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10 Best Cycling Trips for 2016: Which One Is Your Favourite?

By Adam Marsal

There’s nothing more exhilarating than a cycling holiday. It’s just you, your bike, and the glorious landscape ahead. Whether it’s pedalling along a river past vineyards and small villages, or free-wheeling down Alpine hills, it’s difficult to conceive of a better way to explore a destination.

1. Over the Alps (Germany, Austria, Italy)

The München-Venezia (Munich-Venice) cycle route is a new signed international cycle route that crosses the border with Italy at the Brenner Pass before taking you through the Südtirol and into the Veneto and of course Venezia. The total length of the route is 560 kilometres – of which 350 are in Italy. The route links together some of Italy’s best traffic-free cycleways including the probably most scenic cycleway of Italy, the Ciclabile delle Dolomiti which follows the course of the old rail line through the Dolomites. If you head south, the route is pretty easy with no significant climbs. Heading north, there is of course a lot more climbing – although most of the climbs are long and gradual. A significant proportion of the route (about 200km) is dedicated traffic-free cycleways. The first half of the route is almost entirely traffic-free. The second half is mainly quiet roads, but there are a couple of stretches on busier roads. The large majority of the route is surface cycleways and roads, there are, however, two significant sections of aggregate cycleway between Toblach and Cortina d’Ampezzo, and along the River Sile between Treviso and Venezia. These sections are most suited to trekking and mountain bikes – although they would be rideable with cyclocross and similar types of bikes. The route is signed in both directions. Details of this route and hundreds of another cycleway tips in Italy on: italy-cycling-guide.info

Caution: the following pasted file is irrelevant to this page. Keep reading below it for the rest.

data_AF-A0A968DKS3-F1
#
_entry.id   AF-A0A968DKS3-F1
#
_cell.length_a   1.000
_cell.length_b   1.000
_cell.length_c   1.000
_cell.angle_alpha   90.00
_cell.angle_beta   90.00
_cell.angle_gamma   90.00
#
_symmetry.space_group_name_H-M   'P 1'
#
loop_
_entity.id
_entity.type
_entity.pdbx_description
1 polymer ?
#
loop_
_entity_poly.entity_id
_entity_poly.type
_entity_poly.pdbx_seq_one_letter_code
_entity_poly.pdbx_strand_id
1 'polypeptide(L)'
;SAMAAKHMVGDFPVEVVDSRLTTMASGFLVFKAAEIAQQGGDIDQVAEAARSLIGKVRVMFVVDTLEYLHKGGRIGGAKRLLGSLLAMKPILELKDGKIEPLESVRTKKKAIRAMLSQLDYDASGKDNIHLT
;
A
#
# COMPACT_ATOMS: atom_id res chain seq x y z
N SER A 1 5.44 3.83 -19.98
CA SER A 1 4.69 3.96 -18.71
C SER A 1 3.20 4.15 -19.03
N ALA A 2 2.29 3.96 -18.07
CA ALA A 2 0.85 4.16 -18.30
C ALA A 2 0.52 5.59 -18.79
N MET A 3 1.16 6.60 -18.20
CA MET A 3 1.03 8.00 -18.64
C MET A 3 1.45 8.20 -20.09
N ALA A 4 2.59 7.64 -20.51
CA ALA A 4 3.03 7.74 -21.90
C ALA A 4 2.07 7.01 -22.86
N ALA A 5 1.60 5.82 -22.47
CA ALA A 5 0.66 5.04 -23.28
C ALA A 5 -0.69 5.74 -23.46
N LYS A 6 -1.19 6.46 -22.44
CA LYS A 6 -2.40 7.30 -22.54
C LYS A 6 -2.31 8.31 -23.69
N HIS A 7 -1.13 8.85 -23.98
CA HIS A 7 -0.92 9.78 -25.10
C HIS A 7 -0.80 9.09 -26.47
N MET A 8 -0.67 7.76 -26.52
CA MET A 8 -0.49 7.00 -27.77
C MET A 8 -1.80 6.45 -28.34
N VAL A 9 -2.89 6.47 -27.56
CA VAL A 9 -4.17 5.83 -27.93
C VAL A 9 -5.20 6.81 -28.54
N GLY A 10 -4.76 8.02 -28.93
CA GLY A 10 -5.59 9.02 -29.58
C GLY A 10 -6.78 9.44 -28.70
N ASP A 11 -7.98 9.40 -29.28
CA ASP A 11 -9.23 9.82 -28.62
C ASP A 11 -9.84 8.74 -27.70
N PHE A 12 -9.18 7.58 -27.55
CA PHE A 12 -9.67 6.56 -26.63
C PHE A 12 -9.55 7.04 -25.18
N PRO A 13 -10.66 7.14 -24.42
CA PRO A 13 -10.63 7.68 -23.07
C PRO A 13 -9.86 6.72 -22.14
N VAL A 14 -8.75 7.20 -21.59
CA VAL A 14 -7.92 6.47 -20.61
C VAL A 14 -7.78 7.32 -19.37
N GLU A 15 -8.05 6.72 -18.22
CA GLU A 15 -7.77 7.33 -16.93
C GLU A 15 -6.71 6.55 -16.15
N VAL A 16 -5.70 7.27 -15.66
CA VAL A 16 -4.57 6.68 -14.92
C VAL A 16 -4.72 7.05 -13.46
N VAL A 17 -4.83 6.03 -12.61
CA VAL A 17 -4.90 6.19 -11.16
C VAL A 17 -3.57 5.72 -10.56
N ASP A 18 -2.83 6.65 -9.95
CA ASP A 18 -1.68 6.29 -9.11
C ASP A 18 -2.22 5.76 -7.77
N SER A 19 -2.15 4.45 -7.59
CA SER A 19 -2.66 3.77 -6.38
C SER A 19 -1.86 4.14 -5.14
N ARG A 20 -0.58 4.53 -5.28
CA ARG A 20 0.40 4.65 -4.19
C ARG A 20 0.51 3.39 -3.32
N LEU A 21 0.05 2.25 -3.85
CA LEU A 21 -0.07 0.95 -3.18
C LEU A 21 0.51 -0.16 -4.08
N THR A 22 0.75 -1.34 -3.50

2. Connemara Loop Cycling Route (Ireland)